Global demand for beef is the leading driver of deforestation in the Amazon.

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Amazon: The largest rainforest in the world


Figure courtesy of Mongabay showing the largest rainforests: the Amazon, Congo Basin, and New Guinea.

Why the rainforest is important to our lives

  1. Rainforests add humidity to the atmosphere and create rain clouds, often called the river in the sky. When forests become smaller, rainfall decreases, and droughts are more frequent.
3 images showing Forests as both a Carbon Source and Sink

Figure courtesy of the World Resources Institute illustrating how forest can behave as carbon sinks or sources of carbon

  1. Rainforests sequester and store carbon. They act as “carbon sinks”, absorbing a net 7.6 billion metric tonnes of carbon dioxide per year according to an international team of researchers. How much is that? It is 1.5 times more carbon than the United States emits each year!

    1. Tropical rainforests store more carbon than any other ecosystem on the planet within their live biomass.


    2. The wet and frost-free climate that tropical rainforests have year-round allows trees to grow continuously during the year.
  1. Rainforests absorb more heat than unforested areas. When they are cut down, more heat goes into the atmosphere changing rainfall amounts and weather patterns.


  1. Forests filter water and clean it from pollution before it flows into rivers, oceans, and water supplies. You can learn more about this in the World Resources Institute website.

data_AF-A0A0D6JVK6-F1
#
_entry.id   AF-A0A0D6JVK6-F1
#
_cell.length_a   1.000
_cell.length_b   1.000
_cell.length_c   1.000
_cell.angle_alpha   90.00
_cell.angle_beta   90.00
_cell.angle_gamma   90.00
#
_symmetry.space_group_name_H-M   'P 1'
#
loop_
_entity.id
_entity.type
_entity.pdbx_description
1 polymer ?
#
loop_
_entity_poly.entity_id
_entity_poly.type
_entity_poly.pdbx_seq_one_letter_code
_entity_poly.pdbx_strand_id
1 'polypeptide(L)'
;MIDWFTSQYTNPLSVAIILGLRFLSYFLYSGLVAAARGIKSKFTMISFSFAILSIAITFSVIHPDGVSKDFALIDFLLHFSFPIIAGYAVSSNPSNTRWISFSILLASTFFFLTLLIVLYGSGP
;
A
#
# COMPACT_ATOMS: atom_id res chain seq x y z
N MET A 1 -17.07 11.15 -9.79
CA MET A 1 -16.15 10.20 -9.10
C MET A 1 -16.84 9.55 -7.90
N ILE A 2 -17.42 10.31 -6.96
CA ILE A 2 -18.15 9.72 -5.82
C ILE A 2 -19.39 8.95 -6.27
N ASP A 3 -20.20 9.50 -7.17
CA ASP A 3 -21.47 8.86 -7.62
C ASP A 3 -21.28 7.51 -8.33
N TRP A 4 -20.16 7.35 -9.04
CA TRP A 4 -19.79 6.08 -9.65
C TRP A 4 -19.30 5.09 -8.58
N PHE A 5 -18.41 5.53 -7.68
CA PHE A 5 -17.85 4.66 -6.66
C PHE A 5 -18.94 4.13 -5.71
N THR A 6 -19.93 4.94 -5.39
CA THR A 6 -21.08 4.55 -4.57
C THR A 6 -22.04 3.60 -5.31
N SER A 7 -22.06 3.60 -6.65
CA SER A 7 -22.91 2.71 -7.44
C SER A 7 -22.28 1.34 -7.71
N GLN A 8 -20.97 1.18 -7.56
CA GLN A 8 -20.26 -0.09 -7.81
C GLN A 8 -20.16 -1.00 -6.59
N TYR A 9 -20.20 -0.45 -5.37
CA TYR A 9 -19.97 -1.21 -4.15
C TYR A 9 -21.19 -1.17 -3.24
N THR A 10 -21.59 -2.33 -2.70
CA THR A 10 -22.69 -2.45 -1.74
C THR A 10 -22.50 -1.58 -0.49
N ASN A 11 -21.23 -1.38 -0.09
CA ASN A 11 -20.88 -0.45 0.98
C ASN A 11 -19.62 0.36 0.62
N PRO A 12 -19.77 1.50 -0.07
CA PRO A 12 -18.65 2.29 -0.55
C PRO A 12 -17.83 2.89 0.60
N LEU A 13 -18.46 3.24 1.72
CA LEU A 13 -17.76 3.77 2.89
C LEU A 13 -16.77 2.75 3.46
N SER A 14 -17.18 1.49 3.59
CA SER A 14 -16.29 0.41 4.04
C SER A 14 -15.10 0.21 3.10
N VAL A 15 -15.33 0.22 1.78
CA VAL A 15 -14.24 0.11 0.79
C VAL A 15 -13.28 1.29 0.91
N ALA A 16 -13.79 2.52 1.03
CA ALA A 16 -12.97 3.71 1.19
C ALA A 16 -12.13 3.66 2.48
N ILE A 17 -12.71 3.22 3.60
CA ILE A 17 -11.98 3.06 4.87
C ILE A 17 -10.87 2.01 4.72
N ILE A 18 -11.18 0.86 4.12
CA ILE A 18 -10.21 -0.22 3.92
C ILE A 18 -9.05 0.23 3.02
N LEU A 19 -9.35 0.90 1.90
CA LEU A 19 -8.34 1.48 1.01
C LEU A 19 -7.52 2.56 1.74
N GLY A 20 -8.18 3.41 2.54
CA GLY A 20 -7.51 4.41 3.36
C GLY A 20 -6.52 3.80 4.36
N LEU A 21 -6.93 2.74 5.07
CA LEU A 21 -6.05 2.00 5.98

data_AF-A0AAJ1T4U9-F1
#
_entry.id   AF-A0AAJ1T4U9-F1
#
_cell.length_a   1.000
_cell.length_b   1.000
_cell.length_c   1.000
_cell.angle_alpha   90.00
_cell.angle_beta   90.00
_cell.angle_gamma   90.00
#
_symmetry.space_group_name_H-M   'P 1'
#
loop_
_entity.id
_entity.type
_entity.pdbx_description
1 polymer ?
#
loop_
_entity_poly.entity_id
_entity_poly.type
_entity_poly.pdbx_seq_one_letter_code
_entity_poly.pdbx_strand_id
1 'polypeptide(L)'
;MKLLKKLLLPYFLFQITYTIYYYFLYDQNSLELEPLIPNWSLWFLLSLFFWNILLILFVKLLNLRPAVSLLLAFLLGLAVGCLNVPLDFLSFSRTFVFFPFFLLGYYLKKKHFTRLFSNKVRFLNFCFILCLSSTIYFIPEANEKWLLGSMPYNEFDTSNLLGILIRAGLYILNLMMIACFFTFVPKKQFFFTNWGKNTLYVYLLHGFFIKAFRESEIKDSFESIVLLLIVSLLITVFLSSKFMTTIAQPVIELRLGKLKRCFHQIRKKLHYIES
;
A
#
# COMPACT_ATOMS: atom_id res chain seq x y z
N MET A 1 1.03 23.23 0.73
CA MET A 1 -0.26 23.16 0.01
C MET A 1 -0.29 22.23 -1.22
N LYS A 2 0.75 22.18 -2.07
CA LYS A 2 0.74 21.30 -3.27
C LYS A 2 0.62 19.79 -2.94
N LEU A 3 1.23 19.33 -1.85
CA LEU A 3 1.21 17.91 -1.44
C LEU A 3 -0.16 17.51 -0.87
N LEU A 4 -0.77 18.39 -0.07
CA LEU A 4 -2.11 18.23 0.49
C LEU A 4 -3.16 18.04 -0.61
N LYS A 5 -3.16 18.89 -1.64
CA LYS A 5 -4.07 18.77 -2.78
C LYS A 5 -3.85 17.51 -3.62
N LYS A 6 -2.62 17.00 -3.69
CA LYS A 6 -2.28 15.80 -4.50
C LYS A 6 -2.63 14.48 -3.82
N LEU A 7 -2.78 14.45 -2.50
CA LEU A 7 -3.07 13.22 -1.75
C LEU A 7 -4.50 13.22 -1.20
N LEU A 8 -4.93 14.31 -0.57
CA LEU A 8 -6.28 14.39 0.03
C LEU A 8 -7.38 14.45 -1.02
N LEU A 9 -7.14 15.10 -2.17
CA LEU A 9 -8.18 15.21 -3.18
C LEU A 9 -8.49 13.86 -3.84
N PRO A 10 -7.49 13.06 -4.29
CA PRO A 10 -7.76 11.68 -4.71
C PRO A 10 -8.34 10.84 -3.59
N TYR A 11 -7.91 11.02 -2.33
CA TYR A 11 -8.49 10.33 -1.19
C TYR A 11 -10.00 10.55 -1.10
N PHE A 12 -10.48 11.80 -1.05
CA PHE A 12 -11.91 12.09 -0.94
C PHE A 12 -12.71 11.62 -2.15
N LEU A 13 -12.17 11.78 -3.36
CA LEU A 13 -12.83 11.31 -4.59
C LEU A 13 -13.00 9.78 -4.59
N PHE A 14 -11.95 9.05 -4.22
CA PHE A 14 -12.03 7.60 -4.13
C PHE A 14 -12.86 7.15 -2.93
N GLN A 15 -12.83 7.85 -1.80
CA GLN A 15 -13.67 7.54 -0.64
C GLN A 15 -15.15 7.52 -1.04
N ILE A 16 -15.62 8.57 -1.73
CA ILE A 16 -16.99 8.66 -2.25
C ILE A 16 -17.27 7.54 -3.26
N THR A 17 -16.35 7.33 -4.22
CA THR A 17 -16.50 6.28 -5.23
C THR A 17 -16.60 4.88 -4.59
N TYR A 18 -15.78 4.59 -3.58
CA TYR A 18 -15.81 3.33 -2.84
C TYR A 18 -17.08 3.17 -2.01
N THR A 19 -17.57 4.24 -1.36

1. Rainforests stabilize climate. As described by International Union for Conservation of Nature, forestsmaintain the balance between local climates and the Earth’s climate. Destructing them alters this and contributes to climate change.


  1. Tropical rainforests cover only 6,5 % of the Earth’s surface, but they hold more than half of the world’s biological diversity. No other ecosystem can match them.

Stopping the rainforest deforestation and degradation is key to be able to fight global warming!

How this affects our generation and generations to come

Helping will help our generation
and generations to come

Why is the Amazon rainforest being destroyed?

Piechart showing the Drivers of Deforestation in the Brazilian Amazon 2001-2013

The main reason behind the destruction of the Amazon is to expand beef production as the pie graph courtesy of Mongabay shows. Here deforestation for pasture accounts for about 2/3, and it is followed by small-scale agriculture, other crops, fire, and logging. This trend has been steadily increasing in the Amazon since the 1970s.

In 2019 the Washington Post reported that although about 80% of Brazil’s beef is consumed locally, there has been a major shift in global demand (especially from Asia).

From 2010 to 2017, beef exports climbed 25%, to 1.5 million tons (Brazilian Beef Exporters Association). This increased demand leads cattle ranchers to cut and burn the rainforest to expand cattle production into it.

Figure courtesy of Mongabay

How much deforestation are we facing right now?

Piechart showing Original Total Rainforest Cover

As the graph (above) based on an unprecedented report by from the Rainforest Foundation Norway shows:

  • Just over a third (34%), is completely gone. The last 30% is degraded. This means its ability to store carbon, cool the planet, produce rain, and provide habitats is diminished.

  • In other words, of the remaining tropical rainforests, almost half (45%) is degraded and the rest is still intact (55%).

  • From 2002 to 2019, we lost 571 863 km² of tropical rainforest to deforestation. This is more than the whole of continental France.

Figure courtesy of Mongabay showing monthly deforestation alerts in the Brazilian Amazon. Note the tremendous spike since 2019.

Why is deforestation so devastating to the rainforest and the world?